One exception to the lie-repeating premise is an American named Alex Malarkey. In 2004, when he was six, a car crash sent him into a coma. After he woke, he said he had gone to heaven and visited Jesus and Satan. His father helped him write a best-selling book, The Boy Who Came Back from Heaven, which sold a million copies and was made into a television movie. But at age sixteen, the paralyzed boy said his tale was a hoax created to get attention. The publisher halted sales. The boy’s name should have been a giveaway.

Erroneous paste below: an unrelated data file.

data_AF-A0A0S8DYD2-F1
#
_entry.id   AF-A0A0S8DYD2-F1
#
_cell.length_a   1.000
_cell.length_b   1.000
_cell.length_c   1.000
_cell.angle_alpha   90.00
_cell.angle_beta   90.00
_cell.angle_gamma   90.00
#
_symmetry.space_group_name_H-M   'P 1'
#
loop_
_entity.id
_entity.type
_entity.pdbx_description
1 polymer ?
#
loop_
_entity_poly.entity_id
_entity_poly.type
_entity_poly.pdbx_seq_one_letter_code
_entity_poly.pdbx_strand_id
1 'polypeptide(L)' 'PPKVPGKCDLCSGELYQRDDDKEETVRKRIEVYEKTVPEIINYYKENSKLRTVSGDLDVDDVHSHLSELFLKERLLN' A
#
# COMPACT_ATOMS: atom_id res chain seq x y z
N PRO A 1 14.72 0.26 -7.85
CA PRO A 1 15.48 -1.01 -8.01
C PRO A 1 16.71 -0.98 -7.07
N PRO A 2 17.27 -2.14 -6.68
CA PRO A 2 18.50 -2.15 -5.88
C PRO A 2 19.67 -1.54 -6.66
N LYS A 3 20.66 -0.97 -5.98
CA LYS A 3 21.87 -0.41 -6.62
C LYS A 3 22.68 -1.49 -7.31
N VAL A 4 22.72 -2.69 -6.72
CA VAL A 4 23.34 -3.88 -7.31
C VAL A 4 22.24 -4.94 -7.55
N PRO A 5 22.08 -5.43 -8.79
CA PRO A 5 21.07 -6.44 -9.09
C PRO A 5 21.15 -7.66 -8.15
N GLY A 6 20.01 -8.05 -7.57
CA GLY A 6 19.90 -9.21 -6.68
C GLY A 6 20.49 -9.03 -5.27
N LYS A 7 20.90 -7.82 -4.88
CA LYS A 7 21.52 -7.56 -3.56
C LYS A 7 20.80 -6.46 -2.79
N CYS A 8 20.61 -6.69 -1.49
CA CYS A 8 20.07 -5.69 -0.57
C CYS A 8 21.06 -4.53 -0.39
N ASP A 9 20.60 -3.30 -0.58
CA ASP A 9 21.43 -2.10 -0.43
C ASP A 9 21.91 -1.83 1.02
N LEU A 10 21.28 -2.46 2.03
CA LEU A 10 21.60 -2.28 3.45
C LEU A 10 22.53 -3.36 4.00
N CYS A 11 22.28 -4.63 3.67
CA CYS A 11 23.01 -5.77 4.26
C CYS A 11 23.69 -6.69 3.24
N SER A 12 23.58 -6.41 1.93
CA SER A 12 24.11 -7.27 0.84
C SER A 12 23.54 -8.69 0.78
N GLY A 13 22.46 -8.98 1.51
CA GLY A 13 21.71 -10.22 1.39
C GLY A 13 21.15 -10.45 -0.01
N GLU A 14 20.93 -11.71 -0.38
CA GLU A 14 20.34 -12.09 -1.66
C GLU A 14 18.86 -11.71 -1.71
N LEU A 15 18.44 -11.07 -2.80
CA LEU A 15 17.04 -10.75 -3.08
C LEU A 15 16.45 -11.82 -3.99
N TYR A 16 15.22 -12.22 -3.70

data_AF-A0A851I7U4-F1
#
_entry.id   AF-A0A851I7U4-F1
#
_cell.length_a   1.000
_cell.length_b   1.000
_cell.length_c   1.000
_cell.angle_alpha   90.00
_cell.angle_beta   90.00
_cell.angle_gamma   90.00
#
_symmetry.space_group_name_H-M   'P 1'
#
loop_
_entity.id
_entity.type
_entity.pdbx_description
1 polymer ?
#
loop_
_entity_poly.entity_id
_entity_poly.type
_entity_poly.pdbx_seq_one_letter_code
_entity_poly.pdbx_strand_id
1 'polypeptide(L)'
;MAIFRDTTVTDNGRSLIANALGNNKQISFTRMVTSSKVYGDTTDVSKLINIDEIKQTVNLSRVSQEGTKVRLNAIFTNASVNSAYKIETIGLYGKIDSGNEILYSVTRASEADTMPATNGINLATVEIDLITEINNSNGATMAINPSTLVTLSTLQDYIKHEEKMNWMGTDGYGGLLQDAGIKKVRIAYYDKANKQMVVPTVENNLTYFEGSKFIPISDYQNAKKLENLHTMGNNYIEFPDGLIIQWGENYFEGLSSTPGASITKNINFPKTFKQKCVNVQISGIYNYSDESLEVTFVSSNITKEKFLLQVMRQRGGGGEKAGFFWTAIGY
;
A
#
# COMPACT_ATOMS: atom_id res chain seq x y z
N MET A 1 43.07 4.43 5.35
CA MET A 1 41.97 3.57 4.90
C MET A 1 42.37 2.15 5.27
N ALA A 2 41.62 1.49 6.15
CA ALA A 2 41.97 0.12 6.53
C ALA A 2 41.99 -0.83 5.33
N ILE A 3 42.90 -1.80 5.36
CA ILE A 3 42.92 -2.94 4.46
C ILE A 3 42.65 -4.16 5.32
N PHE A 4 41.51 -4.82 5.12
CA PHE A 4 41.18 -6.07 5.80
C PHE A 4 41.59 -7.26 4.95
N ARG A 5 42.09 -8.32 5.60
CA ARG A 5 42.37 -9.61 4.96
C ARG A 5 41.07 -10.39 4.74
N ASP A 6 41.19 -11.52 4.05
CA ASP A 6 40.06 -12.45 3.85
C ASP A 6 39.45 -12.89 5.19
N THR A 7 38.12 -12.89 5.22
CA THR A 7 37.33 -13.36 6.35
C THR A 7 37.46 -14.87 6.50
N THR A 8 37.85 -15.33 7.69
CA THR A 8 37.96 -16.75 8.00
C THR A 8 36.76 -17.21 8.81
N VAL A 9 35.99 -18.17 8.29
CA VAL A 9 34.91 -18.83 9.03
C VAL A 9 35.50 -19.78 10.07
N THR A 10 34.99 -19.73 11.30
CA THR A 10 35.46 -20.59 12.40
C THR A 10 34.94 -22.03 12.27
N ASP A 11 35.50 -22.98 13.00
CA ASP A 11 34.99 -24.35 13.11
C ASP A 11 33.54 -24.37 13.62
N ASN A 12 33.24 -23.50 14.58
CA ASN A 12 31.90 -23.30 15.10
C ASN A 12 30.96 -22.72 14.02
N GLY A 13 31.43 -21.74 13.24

The widespread phenomenon of miraculous encounters should be a field of study for psychiatrists. What facet of the mind causes some people to claim that divine visitors came to them—and causes other people to believe them?

James A. Haught

James A. Haught is editor emeritus of West Virginia’s largest newspaper, The Charleston Gazette-Mail, and is a senior editor of Free Inquiry.

Alleged encounters with the miraculous aren’t simply common; they’re way too common.